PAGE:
Coronavirus poses lethal threat to great apes, experts warn

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The coronavirus pandemic could wipe out populations of chimpanzees, gorillas. Photo credit: The Atlantic

By  Environment editor @dpcarrington

The coronavirus pandemic could wipe out populations of chimpanzees, gorillas and orangutans, leading scientists have warned.

Our closest living relatives, which share about 98% of human DNA, are known to be susceptible to catching respiratory diseases from people.

Even pathogens producing mild symptoms in humans have been lethal to great apes in the past. The fact that Covid-19 is fatal for some humans leads experts to fear it could potentially prove devastating to great apes.

No great apes have yet been reported to have contracted Covid-19, so the true impact is unknown. But many great apes are already at risk of extinction due to forest destruction and poaching, so the researchers say closing national parks, reserves and zoos must be seriously considered.

Many of our closest living relatives are already at risk of extinction and susceptible to human disease, warn scientists

National parks in Congo and Rwanda have already shut to tourists and researchers, but the decision is not an easy one. Without a human presence, the risk of poaching rises.

“The Covid-19 pandemic is a critical situation for humans, our health and our economies,” said Thomas Gillespie, at Emory University, US, and a lead author of a letter from 25 experts published in the journal Nature. “It’s also a potentially dire situation for great apes. There is a lot at stake for those in danger of extinction.”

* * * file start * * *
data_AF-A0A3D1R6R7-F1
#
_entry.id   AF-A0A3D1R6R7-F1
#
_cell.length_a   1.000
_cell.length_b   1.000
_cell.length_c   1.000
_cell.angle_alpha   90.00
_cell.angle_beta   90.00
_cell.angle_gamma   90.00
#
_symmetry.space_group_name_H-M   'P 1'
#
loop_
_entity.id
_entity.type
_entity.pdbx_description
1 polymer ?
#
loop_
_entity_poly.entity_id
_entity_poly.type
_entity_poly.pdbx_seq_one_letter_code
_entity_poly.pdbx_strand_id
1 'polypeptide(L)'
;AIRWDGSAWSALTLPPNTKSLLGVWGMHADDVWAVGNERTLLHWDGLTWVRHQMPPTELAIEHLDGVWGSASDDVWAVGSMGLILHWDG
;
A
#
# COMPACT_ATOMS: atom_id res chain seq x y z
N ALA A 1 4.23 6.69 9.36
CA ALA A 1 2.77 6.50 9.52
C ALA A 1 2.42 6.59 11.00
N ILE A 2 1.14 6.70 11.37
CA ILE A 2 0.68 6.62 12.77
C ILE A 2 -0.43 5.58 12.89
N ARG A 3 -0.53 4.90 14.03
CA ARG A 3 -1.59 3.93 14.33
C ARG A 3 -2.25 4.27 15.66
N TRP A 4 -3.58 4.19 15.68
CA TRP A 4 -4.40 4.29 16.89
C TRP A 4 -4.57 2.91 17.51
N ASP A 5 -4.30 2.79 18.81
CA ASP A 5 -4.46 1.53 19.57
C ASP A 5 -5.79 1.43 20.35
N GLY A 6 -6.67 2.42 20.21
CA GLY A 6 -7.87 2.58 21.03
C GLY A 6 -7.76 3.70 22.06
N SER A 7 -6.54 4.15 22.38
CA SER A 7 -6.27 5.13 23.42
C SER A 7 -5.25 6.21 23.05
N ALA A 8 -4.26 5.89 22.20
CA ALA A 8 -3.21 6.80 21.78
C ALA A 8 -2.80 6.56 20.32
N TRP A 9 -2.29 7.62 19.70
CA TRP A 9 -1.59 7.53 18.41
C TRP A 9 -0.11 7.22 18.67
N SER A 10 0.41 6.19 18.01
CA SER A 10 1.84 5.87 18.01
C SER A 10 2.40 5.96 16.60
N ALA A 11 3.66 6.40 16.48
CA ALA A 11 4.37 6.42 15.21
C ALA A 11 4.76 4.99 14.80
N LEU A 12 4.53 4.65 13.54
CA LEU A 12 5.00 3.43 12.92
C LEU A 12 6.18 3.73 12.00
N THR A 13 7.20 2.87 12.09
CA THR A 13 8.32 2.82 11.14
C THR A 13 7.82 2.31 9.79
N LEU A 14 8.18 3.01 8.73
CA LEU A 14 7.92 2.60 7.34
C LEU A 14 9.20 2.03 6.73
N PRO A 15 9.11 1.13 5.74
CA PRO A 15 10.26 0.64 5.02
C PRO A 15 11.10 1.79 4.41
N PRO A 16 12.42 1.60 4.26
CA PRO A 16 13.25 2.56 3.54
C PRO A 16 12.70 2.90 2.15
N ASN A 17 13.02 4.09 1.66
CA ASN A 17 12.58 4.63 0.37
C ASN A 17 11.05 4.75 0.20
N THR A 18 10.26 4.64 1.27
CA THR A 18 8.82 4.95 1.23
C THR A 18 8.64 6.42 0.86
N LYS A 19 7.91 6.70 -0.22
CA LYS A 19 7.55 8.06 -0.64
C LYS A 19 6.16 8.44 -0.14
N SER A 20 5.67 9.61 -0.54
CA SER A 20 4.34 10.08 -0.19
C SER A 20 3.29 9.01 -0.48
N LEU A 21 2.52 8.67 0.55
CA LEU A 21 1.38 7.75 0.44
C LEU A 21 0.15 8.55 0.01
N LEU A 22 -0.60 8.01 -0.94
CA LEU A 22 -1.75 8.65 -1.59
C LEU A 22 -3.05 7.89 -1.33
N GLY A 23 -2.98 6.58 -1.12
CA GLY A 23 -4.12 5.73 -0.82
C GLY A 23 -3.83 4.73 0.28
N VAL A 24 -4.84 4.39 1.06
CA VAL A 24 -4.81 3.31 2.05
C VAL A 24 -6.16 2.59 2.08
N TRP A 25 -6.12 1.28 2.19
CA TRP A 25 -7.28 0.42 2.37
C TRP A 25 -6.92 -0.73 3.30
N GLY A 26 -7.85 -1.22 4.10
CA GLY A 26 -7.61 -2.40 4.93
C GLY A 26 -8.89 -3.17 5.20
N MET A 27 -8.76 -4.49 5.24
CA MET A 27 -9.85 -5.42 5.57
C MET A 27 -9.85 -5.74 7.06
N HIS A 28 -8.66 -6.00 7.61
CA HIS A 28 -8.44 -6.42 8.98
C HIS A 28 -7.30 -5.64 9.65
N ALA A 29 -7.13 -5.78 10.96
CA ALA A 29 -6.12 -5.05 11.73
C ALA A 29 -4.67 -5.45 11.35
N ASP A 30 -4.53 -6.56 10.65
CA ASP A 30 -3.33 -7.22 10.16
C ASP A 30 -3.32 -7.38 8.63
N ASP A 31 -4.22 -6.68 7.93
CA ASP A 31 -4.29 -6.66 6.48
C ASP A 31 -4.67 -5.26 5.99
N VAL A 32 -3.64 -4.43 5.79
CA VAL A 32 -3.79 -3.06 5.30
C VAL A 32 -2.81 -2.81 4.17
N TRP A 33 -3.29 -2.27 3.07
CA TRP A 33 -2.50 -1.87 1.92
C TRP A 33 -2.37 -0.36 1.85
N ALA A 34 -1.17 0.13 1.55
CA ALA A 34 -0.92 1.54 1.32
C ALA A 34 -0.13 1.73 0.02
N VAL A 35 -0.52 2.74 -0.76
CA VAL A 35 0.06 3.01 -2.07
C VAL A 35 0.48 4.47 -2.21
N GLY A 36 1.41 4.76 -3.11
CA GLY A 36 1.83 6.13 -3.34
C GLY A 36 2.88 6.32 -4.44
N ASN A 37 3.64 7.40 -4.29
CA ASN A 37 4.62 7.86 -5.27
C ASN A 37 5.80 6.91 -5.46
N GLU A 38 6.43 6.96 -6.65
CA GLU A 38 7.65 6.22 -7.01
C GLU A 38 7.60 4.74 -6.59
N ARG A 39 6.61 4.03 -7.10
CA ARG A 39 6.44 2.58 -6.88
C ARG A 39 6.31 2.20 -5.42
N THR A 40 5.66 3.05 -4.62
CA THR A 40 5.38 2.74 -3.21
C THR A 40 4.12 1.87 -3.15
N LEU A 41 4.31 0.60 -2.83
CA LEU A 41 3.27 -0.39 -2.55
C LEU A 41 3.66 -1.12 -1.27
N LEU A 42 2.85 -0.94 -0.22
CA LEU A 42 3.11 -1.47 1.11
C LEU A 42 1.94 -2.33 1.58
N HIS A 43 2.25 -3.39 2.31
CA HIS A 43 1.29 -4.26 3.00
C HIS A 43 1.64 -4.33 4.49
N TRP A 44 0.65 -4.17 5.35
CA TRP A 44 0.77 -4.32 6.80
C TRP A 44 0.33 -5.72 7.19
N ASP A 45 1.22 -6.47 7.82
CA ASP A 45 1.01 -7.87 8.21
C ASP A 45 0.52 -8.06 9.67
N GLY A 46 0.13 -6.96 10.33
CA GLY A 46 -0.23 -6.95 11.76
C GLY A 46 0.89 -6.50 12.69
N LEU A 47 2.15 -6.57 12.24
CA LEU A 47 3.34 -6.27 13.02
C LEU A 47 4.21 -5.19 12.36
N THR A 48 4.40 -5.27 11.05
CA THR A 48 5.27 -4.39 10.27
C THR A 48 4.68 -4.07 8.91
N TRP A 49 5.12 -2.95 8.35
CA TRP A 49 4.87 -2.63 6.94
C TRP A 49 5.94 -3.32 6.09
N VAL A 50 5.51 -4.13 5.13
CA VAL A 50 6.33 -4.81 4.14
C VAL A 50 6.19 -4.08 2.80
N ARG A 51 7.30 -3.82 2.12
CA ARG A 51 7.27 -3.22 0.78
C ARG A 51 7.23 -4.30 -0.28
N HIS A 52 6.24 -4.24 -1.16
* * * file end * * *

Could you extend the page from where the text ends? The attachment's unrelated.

“People who are younger, who may be less at risk for severe illness from Covid-19, are the ones who are more likely to be hiking into the national parks of Africa and Asia to see great apes in the wild,” Gillespie said. “It would be extremely difficult to monitor whether they were infected with Covid-19 since they may not have obvious symptoms.”

Research in 2008 revealed the first direct evidence of virus transmission from humans to wild apes. Since then common human respiratory viruses have caused lethal outbreaks in wild great apes that have become used to people. In 2016 scientists reported the transmission of a human coronavirus to wild chimpanzees in the Taï National Park in Ivory Coast.

In 2017, Gillespie co-authored a report showing that 60% of the more than 500 primate species worldwide are threatened with extinction, while 75% have declining populations.

The number of surviving mountain gorillas has been rising, with about 1,000 now living in the Democratic Republic of Congo and Uganda, and the species was moved from critically endangered to endangered. It is the only great ape believed to be increasing in number.

“But the recent gains could rapidly reverse if disease is introduced, so protection is key at this critical time,” said Cath Lawson, Africa conservation manager at WWF UK.

Action is also being taken to protect some orangutans, with the Sepilok Rehabilitation Centre closing in Malaysian Borneo. “This disease could be fatal for the already critically endangered orangutan: it is a risk that we cannot to afford take,” said Susan Sheward of Orangutan Appeal UK.

The latest guidance from the International Union for the Conservation of Nature says the distance normally kept between people and great apes should increase from 7m to 10m. It also says no one who is ill, or who has been in contact with anybody ill in the preceding 14 days, should be allowed to visit great apes.

The authors of the Nature article conclude: “We hope for the best but should prepare for the worst and critically consider the impact of our activities on these endangered species.”

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